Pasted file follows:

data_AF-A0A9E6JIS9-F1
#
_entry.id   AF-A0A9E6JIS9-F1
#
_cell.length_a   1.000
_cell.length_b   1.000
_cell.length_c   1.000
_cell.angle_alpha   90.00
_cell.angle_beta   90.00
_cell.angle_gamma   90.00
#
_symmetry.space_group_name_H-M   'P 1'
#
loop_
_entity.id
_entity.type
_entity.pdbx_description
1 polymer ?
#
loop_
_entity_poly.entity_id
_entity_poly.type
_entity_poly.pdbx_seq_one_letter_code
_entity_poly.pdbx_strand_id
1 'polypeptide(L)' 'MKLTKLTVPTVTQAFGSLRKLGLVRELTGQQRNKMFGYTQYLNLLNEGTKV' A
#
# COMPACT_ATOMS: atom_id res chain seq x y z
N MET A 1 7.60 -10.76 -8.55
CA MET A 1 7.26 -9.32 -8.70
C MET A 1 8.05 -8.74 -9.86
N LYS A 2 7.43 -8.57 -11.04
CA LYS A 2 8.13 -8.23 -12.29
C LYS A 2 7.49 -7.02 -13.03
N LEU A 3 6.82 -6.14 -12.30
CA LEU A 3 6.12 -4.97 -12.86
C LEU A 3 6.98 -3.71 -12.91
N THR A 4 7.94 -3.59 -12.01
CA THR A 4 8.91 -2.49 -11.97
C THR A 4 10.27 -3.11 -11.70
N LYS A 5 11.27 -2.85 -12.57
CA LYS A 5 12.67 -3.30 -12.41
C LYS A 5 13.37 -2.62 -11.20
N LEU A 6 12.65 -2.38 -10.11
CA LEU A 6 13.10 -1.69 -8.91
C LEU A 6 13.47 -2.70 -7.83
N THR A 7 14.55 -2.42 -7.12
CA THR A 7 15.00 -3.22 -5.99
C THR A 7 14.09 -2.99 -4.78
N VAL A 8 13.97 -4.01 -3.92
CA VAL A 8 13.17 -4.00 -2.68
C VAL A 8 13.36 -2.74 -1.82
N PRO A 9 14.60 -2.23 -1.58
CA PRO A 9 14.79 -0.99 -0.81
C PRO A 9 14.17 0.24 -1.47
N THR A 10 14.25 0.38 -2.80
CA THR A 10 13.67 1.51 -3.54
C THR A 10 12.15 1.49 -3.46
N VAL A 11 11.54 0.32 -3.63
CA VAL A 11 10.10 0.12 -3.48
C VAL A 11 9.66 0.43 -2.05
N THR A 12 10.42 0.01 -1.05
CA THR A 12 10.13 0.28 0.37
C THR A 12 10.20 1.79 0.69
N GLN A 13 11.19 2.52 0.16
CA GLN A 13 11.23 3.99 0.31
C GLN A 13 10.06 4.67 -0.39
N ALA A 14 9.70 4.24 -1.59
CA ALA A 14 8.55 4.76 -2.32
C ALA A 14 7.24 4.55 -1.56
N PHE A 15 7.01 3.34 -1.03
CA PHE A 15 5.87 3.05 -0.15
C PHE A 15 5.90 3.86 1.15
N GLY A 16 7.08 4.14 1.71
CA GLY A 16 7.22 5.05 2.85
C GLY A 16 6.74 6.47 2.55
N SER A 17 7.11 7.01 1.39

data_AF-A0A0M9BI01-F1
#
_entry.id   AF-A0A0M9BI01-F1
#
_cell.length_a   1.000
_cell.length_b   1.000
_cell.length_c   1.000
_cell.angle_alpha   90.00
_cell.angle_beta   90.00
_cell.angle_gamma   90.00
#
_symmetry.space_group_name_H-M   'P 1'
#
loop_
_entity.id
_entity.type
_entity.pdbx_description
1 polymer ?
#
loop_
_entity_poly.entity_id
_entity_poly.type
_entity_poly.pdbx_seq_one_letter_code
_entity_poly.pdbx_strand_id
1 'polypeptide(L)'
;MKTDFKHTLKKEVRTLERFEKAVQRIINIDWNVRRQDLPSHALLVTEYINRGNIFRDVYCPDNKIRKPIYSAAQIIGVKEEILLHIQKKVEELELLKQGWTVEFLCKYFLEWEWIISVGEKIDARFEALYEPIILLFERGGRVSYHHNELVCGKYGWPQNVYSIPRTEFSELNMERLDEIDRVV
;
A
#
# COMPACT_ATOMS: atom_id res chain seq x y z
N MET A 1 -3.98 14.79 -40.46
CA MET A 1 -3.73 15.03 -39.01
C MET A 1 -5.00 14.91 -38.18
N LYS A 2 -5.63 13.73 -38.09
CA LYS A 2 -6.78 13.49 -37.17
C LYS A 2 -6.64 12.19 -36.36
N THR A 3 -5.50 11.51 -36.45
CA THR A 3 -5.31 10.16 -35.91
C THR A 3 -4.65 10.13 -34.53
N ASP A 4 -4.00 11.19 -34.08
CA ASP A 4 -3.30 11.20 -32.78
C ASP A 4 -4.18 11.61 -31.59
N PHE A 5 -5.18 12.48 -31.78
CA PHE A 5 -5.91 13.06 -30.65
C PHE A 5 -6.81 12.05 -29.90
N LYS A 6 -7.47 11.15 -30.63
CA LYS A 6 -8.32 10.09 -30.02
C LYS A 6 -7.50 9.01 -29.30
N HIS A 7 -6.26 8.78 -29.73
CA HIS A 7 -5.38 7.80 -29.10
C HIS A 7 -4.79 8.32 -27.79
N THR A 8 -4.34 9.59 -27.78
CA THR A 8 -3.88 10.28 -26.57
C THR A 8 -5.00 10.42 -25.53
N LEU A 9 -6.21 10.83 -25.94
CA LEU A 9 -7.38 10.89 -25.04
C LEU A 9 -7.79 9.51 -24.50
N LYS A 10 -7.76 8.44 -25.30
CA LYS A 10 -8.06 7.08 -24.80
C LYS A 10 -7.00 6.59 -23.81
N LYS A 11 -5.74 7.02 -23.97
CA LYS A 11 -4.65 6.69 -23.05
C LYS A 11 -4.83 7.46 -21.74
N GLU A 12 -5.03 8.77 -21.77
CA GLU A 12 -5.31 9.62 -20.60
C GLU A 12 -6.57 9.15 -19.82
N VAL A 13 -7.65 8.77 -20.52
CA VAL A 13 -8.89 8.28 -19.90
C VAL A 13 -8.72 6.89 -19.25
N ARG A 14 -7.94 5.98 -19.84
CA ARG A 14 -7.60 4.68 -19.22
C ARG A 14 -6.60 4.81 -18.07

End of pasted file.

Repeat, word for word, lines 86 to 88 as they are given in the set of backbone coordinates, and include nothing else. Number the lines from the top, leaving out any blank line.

_cell.angle_gamma   90.00
#
_symmetry.space_group_name_H-M   'P 1'